An event monitor is similar to a Holter monitor. You wear an event monitor while doing your normal activities. However, an event monitor only records your heart’s electrical activity at certain times while you’re wearing it.
You may wear an event monitor for 1 to 2 months, or as long as it takes to get a recording of your heart during symptoms.
Echocardiography (echo) uses sound waves to create a moving picture of your heart. The test shows the size and shape of your heart and how well your heart chambers and valves are working.
Echo also can identify areas of poor blood flow to the heart, areas of heart muscle that aren’t contracting normally, and injury to the heart muscle caused by poor blood flow.
For this test, a thin, flexible wire is passed through a vein in your groin (upper thigh) or arm to your heart. The wire records the heart’s electrical signals.
Your doctor uses the wire to electrically stimulate your heart. This allows him or her to see how your heart’s electrical system responds. The electrical stimulation helps pinpoint where the heart’s electrical system is damaged.
Some heart problems are easier to diagnose when your heart is working hard and beating fast. During stress testing, you exercise to make your heart work hard and beat fast while heart tests, such as an EKG or echo, are done. If you can’t exercise, you may be given medicine to raise your heart rate.
Current ICD devices use tiered pacing, recognising cycle length, and can initiate the following appropriate therapy, all via single lead:
- Anti-bradycardia pacing (like a normal pacemaker).
- Pacing pulses (may cause brief palpitations or a feeling of dizziness) – adaptive bursts to end a VT.
- Cardioversion shocks for persisting VT (if pacing pulses fail, low-energy cardioversion shocks are given to terminate VT with the minimum of pain).
- Defibrillation shocks (high-energy shocks – feels like being kicked in the chest unless unconscious). Observers will notice the jolt. No harm comes to anyone touching the patient when they receive the shock.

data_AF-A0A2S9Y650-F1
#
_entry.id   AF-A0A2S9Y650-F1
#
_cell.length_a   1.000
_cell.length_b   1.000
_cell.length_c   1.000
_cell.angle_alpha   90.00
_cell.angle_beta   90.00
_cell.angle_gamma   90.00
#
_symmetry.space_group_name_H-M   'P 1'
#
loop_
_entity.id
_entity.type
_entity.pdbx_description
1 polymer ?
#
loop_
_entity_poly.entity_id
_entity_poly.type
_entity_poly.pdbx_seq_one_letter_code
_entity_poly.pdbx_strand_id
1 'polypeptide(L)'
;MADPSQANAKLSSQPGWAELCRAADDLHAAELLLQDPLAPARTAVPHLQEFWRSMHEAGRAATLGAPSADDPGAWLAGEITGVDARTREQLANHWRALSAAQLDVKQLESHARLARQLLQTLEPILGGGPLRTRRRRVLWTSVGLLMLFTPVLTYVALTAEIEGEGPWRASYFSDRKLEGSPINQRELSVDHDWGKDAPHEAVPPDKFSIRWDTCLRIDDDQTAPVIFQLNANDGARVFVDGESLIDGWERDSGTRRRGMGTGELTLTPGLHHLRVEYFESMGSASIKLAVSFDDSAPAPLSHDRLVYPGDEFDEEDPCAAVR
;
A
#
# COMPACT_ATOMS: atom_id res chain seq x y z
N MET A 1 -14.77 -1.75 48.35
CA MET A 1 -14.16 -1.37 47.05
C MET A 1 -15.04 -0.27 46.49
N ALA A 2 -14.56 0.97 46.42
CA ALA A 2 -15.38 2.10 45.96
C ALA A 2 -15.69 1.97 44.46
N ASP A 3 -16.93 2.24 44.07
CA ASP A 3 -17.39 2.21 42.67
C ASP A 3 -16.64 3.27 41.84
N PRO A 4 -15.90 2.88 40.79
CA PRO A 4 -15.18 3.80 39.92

How does an ICD work?
Your ICD constantly monitors your heart rhythm through the electrodes. If it notices a dangerous heart rhythm it can deliver the following treatments:
- Pacing – a series of low-voltage electrical impulses (paced beats) at a fast rate to try and correct the heart rhythm
- Cardioversion – one or more small electric shocks to try and restore the heart to a normal rhythm
- Defibrillation – one or more larger electric shocks to try and restore the heart to a normal rhythm
Who needs an ICD?
You might need an ICD if:
- you have already had a life threatening abnormal heart rhythm and are at risk of having it again
- you haven’t had a life threatening heart rhythm, but you have had tests that show you are at risk of one in the future. This is usually because you have inherited certain faulty genes and may have a condition such as Cardiomyopathy, Long QT syndrome or Brugada Syndrome
- you have another type of heart condition, such as heart failure, and have had or are at risk of having a life-threatening abnormal heart rhythm
- you have had other treatments to correct your heart rhythm which have been unsuccessful.
How an ICD is inserted
How is an ICD fitted?
ICDs are inserted under local anaesthetic, but with sedation, so you will feel very sleepy. It can take anything from one hour to three or more hours to implant an ICD, and the time it takes will depend on the type of device you’re having. You will often (but not always) need to stay overnight in hospital and your ICD will be checked thoroughly before you leave.
Living with an ICD
It’s very important to have regular follow-up appointments at your ICD clinic, so you can have your ICD checked. Your appointments may be every 3 to 12 months, depending on the type of ICD you have and if it has delivered any treatment. You will need to have follow-up appointments for the rest of your life.
You may have to make some changes to your lifestyle, for instance if you drive or take part in contact sports. You also need to be aware of how some electronic devices, such as TENS machines or airport security systems, can affect your ICD.
Your doctor will discuss these with you, and you can find out more in our ICDs booklet.
Who can I talk to?
It’s natural to feel worried about having an ICD fitted, but it often helps to talk about your feelings with someone close to you or with a healthcare professional.